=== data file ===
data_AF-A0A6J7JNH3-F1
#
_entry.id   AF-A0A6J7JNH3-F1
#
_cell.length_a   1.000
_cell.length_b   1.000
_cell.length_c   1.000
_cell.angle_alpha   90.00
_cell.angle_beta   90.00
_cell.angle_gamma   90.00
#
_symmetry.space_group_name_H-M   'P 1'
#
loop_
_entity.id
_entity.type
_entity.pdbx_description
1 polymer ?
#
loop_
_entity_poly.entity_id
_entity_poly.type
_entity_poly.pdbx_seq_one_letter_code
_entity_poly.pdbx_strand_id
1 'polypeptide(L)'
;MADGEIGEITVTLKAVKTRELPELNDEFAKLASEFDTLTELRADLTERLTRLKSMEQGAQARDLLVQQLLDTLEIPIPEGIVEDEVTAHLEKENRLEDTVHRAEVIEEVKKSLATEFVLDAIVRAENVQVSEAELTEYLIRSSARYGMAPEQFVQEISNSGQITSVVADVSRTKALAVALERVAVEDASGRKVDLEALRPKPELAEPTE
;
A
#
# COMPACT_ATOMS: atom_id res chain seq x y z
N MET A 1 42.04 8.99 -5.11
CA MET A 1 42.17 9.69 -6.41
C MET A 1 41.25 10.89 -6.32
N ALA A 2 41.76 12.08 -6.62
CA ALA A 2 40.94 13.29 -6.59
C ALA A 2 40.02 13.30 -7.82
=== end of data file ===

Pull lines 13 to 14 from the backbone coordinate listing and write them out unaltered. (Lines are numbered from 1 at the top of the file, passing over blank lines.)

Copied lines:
#
loop_